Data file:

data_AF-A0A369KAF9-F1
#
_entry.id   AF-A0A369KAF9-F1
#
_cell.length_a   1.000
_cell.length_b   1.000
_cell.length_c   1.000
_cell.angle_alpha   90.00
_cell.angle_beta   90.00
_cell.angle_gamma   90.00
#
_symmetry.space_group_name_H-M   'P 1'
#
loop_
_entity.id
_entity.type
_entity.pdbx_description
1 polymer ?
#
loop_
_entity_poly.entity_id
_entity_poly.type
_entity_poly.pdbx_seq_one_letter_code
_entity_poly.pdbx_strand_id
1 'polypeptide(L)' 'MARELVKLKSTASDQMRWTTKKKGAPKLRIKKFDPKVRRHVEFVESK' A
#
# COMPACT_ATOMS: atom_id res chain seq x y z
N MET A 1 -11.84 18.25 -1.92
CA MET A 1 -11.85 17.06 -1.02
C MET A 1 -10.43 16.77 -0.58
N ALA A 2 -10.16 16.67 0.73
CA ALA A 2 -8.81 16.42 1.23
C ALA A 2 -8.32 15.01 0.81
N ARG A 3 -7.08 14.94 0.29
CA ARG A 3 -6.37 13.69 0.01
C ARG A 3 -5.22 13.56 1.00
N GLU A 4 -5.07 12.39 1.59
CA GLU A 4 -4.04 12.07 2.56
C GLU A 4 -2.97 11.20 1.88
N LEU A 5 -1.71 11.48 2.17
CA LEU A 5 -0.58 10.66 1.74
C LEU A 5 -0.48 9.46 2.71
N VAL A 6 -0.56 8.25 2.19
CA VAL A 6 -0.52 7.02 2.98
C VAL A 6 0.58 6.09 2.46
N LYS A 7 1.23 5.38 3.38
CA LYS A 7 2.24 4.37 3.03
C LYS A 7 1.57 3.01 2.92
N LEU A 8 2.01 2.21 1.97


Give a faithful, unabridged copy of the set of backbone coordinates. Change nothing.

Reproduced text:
data_AF-A0A369KAF9-F1
#
_entry.id   AF-A0A369KAF9-F1
#
_cell.length_a   1.000
_cell.length_b   1.000
_cell.length_c   1.000
_cell.angle_alpha   90.00
_cell.angle_beta   90.00
_cell.angle_gamma   90.00
#
_symmetry.space_group_name_H-M   'P 1'
#
loop_
_entity.id
_entity.type
_entity.pdbx_description
1 polymer ?
#
loop_
_entity_poly.entity_id
_entity_poly.type
_entity_poly.pdbx_seq_one_letter_code
_entity_poly.pdbx_strand_id
1 'polypeptide(L)' 'MARELVKLKSTASDQMRWTTKKKGAPKLRIKKFDPKVRRHVEFVESK' A
#
# COMPACT_ATOMS: atom_id res chain seq x y z
N MET A 1 -11.84 18.25 -1.92
CA MET A 1 -11.85 17.06 -1.02
C MET A 1 -10.43 16.77 -0.58
N ALA A 2 -10.16 16.67 0.73
CA ALA A 2 -8.81 16.42 1.23
C ALA A 2 -8.32 15.01 0.81
N ARG A 3 -7.08 14.94 0.29
CA ARG A 3 -6.37 13.69 0.01
C ARG A 3 -5.22 13.56 1.00
N GLU A 4 -5.07 12.39 1.59
CA GLU A 4 -4.04 12.07 2.56
C GLU A 4 -2.97 11.20 1.88
N LEU A 5 -1.71 11.48 2.17
CA LEU A 5 -0.58 10.66 1.74
C LEU A 5 -0.48 9.46 2.71
N VAL A 6 -0.56 8.25 2.19
CA VAL A 6 -0.52 7.02 2.98
C VAL A 6 0.58 6.09 2.46
N LYS A 7 1.23 5.38 3.38
CA LYS A 7 2.24 4.37 3.03
C LYS A 7 1.57 3.01 2.92
N LEU A 8 2.01 2.21 1.97